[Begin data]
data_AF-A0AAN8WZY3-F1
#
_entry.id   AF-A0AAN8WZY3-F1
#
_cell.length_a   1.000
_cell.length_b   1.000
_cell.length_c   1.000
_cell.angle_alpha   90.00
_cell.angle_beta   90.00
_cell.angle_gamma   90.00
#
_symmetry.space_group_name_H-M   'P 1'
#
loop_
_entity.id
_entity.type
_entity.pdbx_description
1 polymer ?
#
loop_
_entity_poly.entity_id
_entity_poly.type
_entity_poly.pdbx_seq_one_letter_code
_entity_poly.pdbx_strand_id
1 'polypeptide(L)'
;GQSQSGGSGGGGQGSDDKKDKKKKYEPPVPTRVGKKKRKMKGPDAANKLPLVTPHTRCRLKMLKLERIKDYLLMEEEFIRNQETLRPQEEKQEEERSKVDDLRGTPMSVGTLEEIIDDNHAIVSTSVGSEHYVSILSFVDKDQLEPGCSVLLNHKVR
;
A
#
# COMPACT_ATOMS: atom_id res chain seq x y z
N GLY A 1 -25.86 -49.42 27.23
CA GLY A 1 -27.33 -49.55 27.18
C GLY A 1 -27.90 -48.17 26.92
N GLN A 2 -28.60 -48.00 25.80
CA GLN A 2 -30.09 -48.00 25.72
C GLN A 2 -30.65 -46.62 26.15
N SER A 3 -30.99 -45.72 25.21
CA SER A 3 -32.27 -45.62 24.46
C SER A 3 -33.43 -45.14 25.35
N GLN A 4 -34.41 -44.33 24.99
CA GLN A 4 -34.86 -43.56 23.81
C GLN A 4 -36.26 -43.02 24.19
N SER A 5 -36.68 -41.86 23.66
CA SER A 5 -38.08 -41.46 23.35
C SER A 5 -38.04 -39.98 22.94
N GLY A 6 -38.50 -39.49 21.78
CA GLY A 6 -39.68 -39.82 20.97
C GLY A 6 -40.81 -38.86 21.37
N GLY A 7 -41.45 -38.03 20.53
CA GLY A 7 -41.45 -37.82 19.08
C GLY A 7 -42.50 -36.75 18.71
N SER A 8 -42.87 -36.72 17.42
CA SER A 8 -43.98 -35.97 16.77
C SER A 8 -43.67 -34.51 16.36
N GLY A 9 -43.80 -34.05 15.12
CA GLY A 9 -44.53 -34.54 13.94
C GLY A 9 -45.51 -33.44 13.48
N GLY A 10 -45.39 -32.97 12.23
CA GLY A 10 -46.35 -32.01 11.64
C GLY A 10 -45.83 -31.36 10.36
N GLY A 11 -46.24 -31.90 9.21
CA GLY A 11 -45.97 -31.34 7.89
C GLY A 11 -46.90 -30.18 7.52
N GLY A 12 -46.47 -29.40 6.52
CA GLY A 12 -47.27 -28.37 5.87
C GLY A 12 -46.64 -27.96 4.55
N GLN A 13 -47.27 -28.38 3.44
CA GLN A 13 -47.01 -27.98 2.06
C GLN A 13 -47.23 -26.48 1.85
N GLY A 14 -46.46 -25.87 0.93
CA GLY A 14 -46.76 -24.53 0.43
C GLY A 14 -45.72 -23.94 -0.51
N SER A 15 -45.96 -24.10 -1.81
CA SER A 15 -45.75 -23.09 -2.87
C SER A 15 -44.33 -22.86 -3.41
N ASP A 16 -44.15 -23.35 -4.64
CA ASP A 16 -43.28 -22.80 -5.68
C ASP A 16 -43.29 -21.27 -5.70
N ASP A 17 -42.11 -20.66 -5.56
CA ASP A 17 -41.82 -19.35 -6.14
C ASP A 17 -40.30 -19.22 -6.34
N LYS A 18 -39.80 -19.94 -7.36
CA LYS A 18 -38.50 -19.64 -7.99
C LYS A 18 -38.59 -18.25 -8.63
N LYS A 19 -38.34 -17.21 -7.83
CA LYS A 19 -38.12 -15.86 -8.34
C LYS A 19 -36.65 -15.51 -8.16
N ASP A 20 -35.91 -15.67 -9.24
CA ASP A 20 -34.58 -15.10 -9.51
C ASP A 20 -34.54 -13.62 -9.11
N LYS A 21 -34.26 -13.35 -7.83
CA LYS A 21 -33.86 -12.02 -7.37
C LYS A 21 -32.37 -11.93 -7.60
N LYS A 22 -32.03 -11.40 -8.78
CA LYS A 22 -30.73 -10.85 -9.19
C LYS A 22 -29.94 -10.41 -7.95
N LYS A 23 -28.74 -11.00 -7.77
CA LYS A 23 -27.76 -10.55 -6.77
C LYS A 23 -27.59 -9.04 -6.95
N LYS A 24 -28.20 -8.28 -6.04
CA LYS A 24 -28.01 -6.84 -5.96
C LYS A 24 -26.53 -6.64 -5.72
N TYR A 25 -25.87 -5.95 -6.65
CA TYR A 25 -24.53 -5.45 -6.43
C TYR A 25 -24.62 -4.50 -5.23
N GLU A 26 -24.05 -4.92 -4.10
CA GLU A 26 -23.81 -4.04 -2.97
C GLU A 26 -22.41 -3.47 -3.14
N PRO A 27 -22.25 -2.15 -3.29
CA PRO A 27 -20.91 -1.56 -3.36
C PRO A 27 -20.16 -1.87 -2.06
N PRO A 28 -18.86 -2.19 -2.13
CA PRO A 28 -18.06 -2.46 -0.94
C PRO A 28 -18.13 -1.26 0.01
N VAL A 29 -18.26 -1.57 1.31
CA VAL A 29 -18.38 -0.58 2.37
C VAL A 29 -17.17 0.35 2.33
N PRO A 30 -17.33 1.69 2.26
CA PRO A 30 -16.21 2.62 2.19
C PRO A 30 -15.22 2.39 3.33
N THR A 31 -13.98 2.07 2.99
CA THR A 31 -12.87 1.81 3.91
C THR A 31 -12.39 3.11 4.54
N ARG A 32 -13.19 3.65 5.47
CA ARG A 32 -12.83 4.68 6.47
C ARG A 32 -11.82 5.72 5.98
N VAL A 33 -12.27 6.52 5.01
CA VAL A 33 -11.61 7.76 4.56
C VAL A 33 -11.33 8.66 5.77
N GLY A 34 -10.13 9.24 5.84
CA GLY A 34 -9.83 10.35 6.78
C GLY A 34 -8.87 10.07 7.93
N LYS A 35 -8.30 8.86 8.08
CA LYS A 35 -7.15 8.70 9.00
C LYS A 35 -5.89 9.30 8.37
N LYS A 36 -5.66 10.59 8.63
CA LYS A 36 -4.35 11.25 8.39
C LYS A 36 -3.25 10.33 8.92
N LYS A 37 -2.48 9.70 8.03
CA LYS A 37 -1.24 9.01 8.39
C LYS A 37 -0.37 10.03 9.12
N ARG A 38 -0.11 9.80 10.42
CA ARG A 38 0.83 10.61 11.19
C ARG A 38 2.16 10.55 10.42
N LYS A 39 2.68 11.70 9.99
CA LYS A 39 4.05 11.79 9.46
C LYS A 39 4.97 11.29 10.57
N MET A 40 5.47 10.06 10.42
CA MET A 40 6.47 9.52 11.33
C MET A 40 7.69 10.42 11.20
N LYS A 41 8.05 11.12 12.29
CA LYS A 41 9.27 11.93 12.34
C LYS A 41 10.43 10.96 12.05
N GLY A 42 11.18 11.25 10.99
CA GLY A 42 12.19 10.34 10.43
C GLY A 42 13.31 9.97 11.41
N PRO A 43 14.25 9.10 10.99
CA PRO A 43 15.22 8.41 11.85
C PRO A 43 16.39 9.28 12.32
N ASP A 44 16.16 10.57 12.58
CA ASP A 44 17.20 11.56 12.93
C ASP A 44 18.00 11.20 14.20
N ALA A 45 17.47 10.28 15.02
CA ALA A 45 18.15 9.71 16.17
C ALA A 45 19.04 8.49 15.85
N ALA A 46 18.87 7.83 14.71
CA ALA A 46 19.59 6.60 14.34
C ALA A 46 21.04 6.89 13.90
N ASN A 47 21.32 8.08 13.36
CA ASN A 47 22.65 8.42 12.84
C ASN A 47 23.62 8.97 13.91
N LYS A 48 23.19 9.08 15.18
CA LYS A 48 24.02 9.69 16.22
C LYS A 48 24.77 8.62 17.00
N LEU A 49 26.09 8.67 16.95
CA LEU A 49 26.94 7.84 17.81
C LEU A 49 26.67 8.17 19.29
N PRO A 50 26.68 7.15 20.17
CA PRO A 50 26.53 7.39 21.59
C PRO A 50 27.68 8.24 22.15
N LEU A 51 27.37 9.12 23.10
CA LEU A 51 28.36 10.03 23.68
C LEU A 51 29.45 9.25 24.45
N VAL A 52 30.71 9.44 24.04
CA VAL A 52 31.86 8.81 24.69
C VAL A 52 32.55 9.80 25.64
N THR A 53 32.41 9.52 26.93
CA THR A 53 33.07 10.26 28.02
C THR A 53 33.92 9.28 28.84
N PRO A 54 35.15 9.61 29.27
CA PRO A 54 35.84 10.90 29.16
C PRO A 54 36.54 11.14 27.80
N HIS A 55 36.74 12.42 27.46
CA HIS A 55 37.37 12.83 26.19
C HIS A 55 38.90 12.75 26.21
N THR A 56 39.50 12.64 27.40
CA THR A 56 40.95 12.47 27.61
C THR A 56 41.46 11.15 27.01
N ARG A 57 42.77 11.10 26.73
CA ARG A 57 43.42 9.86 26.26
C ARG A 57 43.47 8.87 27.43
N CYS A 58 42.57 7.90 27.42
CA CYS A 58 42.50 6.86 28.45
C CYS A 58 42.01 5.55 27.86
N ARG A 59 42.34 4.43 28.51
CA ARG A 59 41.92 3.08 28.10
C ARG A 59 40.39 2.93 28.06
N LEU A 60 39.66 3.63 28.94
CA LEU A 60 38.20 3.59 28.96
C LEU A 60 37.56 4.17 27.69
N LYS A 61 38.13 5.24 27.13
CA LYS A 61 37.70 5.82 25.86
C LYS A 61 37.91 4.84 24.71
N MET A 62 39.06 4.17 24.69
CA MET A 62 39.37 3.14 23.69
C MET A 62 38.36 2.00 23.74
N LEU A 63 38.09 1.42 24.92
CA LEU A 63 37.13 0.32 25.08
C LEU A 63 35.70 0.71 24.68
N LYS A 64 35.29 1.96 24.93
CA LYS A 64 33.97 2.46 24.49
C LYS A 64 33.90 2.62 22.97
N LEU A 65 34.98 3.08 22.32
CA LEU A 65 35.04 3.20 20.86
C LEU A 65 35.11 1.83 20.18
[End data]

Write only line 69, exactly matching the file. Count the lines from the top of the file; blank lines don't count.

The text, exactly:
C GLN A 13 -47.23 -26.48 1.85